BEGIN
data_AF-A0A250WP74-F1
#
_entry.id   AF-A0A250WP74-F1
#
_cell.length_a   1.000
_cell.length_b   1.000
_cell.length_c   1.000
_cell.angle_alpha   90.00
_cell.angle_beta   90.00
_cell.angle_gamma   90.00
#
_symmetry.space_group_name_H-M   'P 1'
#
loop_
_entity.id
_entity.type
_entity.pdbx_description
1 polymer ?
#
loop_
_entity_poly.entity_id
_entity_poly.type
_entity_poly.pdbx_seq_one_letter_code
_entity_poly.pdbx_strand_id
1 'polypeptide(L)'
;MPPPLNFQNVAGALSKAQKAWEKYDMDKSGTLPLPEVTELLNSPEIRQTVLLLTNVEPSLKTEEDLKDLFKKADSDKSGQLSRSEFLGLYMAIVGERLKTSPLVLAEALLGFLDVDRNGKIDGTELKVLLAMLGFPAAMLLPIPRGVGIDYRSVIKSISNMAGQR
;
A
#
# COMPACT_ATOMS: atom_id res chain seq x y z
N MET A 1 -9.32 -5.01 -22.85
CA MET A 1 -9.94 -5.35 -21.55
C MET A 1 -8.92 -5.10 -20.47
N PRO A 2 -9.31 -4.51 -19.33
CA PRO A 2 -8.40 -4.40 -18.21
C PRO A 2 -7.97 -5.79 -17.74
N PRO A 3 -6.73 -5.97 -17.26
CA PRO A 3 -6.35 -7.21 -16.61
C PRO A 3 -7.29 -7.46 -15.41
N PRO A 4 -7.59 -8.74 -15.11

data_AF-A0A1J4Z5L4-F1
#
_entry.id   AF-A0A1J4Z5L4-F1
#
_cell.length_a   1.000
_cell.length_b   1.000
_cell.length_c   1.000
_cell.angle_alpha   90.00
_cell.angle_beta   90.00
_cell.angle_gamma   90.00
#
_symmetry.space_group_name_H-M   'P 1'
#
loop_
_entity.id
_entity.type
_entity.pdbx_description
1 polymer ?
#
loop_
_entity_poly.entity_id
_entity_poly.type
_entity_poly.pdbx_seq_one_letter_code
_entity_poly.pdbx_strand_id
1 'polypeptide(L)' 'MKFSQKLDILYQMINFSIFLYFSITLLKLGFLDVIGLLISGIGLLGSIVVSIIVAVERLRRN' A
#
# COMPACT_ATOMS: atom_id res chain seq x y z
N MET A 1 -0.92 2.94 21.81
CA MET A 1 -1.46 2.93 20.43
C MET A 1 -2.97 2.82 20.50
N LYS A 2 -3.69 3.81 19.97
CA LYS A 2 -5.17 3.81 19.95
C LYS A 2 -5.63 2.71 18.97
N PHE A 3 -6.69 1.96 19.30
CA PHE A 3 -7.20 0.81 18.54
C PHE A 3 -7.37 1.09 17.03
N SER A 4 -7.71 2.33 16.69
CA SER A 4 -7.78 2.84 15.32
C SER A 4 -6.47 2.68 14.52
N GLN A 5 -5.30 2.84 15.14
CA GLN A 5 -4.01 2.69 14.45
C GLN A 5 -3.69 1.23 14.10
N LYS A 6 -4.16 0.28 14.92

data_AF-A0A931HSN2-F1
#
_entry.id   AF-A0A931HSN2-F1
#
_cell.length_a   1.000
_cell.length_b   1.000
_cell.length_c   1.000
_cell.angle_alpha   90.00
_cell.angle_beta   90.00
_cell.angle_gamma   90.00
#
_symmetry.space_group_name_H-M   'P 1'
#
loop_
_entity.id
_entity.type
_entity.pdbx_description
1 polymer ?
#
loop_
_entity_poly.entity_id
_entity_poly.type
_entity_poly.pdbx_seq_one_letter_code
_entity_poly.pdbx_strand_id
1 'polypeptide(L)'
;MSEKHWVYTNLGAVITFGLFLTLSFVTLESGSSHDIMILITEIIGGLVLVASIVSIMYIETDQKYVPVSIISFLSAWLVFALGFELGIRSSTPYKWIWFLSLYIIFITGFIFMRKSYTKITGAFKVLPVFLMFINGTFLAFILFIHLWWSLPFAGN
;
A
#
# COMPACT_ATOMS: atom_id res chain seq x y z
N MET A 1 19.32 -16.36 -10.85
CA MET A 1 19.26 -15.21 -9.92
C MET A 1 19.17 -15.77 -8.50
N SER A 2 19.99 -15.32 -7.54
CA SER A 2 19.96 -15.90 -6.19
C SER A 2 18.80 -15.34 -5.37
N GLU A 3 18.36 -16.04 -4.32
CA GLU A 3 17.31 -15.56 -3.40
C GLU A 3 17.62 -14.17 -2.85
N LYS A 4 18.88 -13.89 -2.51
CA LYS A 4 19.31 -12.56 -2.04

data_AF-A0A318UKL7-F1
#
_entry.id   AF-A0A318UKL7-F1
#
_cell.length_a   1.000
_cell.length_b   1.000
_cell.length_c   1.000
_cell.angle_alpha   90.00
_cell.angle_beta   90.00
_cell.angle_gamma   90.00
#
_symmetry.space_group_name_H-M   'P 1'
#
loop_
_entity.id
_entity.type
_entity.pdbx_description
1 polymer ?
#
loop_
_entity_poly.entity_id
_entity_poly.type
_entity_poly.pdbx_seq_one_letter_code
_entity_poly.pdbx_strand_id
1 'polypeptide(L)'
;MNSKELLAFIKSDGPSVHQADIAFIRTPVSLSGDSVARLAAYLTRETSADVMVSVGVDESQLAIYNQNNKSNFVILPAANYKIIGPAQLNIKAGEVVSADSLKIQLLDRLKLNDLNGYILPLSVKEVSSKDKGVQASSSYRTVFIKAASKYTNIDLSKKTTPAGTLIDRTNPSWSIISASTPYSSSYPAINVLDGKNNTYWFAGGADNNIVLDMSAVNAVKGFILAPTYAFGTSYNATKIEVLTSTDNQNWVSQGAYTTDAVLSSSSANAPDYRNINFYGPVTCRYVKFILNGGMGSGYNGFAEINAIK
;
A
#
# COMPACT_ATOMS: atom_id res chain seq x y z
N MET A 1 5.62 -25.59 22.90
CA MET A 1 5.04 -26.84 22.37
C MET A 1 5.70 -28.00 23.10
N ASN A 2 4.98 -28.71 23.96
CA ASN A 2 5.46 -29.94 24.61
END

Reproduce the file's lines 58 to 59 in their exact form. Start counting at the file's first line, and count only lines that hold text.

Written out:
1 polymer ?
#